I’ll admit to laughing at some of the photos in this Buzzfeed collection of journalists’ tweets from Sochi. Mainly because I enjoy bathroom humor and – let’s be honest – who WON’T laugh when viewing “buddy toilets” side by side?

But after laughing, I felt guilty. Because at my core, I feel bad for Sochi. The Olympics have come to represent a moment of national pride for the hosting country, a chance to showcase all that’s great about their land on an international stage. And Sochi’s just plagued with challenges.

According to the coverage, hotels aren’t completed, bricks are still being hastily laid as guests arrive, the snow quality is a icier than desirable, the grass is being spray-painted green, the toilets aren’t installed properly… I mean, I know we’re all angry about the gay rights issue and Putin is a tool, but at some point this seems like a we’re just ganging up on the place.

It makes me think of birthday parties. (Stay with me.)

When I was a kid, a birthday party involved a few of my friends and a cake – maybe a slumber party. These days, birthday parties involve inviting an entire class and doing some expensive group activity – like rock climbing, an arcade outing, etc. And parents seem to struggle to one-up the last party so their kid isn’t teased for being a lame host.

It feels like that’s how the Olympics have become. Maybe I’m romanticizing it, but it seems like back in the day, it was a platform for the best athletes to represent their countries, uniting a world of viewers in the awe that comes from witnessing that kind of talent. And now, the focus has shifted and it’s on the host country to put on a party that tops the previous host. It’s about spending money and opulence and proving a nation’s wealth.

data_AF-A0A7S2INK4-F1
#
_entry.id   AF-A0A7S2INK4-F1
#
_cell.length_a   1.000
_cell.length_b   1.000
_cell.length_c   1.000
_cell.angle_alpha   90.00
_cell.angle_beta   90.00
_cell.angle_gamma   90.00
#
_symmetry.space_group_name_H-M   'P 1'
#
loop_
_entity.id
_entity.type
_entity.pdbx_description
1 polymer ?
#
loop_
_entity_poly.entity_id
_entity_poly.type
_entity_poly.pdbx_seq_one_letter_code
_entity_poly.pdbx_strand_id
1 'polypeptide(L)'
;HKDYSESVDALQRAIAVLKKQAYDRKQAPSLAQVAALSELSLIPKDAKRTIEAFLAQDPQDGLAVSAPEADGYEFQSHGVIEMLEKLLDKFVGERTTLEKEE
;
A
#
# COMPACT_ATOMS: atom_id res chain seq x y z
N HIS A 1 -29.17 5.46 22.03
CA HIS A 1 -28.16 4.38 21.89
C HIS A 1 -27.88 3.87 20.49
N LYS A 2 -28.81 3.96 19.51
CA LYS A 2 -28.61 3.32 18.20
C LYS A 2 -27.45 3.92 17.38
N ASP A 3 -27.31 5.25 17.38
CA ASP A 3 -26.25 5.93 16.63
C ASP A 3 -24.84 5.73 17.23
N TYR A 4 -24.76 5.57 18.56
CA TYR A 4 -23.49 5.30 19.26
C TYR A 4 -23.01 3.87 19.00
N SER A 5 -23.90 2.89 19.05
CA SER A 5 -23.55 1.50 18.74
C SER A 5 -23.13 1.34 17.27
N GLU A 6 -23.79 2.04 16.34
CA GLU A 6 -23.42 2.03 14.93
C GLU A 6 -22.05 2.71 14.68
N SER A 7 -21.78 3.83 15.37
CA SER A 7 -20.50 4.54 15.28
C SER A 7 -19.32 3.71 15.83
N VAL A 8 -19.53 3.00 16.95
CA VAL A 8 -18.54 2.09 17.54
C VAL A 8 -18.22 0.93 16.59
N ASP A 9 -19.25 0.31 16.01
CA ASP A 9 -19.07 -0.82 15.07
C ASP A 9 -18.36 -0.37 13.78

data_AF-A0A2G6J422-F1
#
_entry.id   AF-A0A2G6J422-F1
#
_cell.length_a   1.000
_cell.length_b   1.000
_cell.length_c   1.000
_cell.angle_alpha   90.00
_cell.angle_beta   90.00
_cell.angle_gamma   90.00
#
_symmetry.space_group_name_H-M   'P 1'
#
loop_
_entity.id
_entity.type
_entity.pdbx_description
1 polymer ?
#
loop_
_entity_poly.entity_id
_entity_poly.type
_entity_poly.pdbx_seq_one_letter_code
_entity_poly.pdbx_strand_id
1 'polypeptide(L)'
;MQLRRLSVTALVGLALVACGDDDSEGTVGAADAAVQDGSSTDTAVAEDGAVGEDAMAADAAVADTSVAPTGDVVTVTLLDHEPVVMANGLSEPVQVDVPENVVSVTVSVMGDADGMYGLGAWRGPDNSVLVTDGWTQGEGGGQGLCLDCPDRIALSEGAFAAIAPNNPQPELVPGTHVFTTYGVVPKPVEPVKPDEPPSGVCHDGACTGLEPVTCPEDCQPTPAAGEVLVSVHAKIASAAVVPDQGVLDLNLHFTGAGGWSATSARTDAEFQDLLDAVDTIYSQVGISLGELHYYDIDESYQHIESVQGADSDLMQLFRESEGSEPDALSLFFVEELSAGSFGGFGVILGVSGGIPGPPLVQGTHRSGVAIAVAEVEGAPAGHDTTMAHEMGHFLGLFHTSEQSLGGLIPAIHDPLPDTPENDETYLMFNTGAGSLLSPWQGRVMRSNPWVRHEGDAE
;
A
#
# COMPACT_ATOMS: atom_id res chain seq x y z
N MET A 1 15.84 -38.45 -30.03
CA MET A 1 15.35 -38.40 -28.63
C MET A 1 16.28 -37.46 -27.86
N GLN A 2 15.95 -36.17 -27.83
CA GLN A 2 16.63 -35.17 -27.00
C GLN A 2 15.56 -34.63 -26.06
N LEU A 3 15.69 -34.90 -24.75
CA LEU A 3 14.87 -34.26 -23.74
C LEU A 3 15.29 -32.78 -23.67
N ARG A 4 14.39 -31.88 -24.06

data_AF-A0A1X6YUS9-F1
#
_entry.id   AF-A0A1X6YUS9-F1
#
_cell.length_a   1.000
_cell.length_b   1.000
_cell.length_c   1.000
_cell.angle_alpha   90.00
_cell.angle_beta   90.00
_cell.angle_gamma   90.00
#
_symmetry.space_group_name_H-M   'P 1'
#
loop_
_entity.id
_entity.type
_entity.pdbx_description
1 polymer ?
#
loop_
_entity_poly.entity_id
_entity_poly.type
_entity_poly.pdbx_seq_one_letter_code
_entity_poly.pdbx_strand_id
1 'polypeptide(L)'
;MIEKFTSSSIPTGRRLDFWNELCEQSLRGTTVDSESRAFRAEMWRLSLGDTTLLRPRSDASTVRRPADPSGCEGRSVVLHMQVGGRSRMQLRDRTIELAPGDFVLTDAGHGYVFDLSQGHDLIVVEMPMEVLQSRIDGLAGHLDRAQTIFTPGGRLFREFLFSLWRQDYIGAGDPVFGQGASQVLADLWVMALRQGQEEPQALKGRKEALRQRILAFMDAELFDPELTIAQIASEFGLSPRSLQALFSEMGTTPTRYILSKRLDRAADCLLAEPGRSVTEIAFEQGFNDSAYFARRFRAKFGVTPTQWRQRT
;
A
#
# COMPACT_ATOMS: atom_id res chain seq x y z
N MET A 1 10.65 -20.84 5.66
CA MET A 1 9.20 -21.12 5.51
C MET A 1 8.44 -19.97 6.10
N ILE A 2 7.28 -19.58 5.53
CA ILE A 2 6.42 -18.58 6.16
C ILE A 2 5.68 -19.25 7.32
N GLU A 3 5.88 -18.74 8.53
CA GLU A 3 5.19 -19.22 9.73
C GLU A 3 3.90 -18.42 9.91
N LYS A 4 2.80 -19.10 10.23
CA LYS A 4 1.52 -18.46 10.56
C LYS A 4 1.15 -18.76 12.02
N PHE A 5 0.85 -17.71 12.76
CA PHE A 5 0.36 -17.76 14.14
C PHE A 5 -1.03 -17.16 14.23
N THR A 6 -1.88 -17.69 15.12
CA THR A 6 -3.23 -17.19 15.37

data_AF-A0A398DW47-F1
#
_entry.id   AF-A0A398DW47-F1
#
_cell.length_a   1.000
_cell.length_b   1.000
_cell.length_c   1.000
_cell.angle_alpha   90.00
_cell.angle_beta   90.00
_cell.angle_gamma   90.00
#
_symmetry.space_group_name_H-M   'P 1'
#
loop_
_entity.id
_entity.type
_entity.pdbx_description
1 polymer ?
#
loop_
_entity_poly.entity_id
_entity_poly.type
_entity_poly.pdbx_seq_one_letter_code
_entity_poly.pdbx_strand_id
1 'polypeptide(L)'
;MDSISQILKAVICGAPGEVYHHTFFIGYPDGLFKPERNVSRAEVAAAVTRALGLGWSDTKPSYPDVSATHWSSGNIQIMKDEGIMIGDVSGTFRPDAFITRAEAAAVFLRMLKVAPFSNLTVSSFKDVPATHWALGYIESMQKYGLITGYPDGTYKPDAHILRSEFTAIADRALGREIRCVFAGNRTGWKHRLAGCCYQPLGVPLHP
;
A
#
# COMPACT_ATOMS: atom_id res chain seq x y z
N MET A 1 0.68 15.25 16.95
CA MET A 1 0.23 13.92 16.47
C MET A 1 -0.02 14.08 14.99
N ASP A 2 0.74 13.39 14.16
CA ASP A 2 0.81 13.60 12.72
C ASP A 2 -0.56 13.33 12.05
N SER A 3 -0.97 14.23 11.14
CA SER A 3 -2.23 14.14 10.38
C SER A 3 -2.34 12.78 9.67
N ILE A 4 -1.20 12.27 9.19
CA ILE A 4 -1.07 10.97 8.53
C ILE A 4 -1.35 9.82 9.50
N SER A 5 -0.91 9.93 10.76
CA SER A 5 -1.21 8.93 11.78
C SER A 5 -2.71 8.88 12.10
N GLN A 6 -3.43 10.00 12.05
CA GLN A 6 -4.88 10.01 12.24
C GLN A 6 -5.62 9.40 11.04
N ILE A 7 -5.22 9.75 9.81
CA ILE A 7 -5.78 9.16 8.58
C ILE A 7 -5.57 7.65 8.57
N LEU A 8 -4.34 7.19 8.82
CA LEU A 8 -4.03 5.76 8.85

Except in my analogy, Russia is like poor kid in your class, who is being mocked for attempting to compete in a contest that’s a bit out of his depth. When I read things like the #sochiproblems tweets, it feels like a bunch of rich kids are picking on Sochi. And it makes me wonder if – like a kid bullied to the point of dawning a black trench coat – Russia is going to come out of this experience with an axe to grind.

People wonder why Americans get a bad rap internationally. Seems to me that gloating over another country’s failure doesn’t help the cause. Russia may seem backwards by our standards. It may have human rights issues that need to be addressed. But shaming a nation – and the people who were born there – isn’t likely to help those matters.

Instead of rejoicing in Sochi’s failures, why don’t we lead by example and show a little class? After all, the Olympics should provide a lesson in good sportsmanship, if nothing else.

Time flies when you’re…

17 Aug

Caught by the Kiss-Cam at a Wizards Game!

Three years ago today, Alan and I had had our first date.

We didn’t realize it was a date at the time. We were just two friends from college who hadn’t seen each other in almost 15 years. We’d reconnected on Facebook and realized we were in the same city and thought it’d be fun to grab a drink.